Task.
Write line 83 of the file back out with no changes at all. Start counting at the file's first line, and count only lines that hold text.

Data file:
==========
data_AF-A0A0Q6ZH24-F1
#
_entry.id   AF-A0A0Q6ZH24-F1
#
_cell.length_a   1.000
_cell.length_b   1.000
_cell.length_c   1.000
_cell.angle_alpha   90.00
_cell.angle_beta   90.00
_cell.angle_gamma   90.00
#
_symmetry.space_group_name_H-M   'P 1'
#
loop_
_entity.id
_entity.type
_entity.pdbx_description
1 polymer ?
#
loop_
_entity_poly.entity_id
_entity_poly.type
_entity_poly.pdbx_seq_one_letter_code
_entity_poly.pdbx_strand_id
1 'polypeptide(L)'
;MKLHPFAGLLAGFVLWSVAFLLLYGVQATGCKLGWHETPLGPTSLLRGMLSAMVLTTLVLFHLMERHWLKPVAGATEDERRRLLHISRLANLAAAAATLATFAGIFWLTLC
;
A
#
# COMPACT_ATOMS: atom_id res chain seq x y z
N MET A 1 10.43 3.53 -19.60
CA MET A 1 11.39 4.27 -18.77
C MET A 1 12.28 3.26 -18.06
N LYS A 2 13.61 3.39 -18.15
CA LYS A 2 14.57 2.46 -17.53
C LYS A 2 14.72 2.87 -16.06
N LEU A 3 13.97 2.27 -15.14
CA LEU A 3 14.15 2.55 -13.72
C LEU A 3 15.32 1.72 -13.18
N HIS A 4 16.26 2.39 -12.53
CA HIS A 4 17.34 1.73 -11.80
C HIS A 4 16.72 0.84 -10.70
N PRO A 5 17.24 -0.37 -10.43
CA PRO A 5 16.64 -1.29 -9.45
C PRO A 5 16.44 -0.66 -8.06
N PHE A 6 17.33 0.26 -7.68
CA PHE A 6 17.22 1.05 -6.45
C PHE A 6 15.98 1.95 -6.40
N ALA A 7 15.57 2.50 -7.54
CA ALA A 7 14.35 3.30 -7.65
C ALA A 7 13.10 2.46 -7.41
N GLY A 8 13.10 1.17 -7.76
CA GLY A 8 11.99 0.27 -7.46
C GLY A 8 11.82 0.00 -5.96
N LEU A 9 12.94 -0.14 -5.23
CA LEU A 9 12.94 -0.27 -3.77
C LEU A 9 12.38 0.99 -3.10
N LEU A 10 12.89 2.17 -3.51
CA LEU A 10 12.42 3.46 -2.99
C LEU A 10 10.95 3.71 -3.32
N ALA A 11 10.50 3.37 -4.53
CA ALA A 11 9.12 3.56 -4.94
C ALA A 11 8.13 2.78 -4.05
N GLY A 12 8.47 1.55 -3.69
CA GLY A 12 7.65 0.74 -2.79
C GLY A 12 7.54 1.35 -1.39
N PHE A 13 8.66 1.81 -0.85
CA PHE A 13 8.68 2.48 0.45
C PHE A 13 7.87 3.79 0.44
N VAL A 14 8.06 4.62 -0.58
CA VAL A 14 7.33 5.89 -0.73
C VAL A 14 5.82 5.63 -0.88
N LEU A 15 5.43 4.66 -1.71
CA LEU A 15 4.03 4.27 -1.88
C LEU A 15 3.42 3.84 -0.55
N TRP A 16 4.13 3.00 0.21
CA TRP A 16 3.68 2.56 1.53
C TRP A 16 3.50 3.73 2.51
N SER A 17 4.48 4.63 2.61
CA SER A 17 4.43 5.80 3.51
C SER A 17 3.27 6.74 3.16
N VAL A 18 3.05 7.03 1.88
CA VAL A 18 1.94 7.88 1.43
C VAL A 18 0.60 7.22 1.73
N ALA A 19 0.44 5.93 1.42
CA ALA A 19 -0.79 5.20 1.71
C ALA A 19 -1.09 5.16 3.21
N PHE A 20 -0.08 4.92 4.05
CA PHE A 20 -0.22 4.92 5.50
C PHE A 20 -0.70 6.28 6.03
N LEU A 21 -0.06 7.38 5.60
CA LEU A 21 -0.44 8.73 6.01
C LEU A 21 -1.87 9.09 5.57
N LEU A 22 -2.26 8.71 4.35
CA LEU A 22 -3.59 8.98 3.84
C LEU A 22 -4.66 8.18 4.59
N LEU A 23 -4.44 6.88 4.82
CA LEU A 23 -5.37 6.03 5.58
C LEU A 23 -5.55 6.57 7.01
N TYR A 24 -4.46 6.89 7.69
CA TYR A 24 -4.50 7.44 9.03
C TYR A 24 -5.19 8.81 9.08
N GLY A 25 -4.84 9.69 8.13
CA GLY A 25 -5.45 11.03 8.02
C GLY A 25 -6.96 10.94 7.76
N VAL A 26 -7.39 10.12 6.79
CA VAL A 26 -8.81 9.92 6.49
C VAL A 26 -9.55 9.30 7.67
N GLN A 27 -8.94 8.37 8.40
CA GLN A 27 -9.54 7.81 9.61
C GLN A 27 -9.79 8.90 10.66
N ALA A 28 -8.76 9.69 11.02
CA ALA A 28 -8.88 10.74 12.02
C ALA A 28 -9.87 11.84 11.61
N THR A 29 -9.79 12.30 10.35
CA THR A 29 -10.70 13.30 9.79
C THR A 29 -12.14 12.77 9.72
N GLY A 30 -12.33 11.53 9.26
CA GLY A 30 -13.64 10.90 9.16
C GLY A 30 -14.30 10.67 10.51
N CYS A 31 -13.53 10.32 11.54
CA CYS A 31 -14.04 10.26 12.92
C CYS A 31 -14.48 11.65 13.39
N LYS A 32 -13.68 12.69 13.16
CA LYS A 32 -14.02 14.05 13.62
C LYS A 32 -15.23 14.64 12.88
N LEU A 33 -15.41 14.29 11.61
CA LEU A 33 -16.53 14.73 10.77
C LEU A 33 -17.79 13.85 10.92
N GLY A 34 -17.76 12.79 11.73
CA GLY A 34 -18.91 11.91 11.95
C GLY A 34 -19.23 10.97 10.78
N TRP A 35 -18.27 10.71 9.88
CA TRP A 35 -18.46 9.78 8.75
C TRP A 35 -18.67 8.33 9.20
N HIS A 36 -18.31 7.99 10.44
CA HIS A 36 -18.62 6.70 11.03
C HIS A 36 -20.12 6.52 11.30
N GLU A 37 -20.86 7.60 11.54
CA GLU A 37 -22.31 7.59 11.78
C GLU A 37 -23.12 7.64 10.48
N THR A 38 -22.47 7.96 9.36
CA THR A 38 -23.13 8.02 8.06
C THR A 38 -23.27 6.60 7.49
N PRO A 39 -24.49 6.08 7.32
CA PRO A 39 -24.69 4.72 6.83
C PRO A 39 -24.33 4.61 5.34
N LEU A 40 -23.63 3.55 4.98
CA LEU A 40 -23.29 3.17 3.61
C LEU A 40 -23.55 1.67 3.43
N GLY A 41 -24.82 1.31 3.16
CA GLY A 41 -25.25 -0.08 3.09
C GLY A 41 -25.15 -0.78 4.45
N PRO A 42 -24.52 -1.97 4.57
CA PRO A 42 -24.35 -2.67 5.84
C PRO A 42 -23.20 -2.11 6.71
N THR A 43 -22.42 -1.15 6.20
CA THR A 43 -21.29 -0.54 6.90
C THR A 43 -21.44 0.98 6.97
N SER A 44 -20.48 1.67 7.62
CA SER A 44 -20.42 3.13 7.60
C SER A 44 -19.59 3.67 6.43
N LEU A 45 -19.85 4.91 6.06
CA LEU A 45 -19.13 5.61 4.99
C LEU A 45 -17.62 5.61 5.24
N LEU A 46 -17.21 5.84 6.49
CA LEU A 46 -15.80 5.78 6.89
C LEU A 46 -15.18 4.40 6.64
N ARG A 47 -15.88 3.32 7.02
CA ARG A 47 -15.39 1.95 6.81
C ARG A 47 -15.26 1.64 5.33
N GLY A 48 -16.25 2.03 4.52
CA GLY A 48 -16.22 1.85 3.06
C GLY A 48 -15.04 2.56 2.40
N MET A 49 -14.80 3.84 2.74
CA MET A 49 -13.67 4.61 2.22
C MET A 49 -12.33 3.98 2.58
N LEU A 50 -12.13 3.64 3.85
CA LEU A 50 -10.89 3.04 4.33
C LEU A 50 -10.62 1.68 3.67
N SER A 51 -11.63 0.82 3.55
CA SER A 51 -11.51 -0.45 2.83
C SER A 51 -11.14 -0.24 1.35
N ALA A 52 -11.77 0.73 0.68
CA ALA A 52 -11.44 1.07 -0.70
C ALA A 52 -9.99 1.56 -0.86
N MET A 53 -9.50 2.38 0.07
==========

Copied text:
CA VAL A 18 1.94 7.88 1.43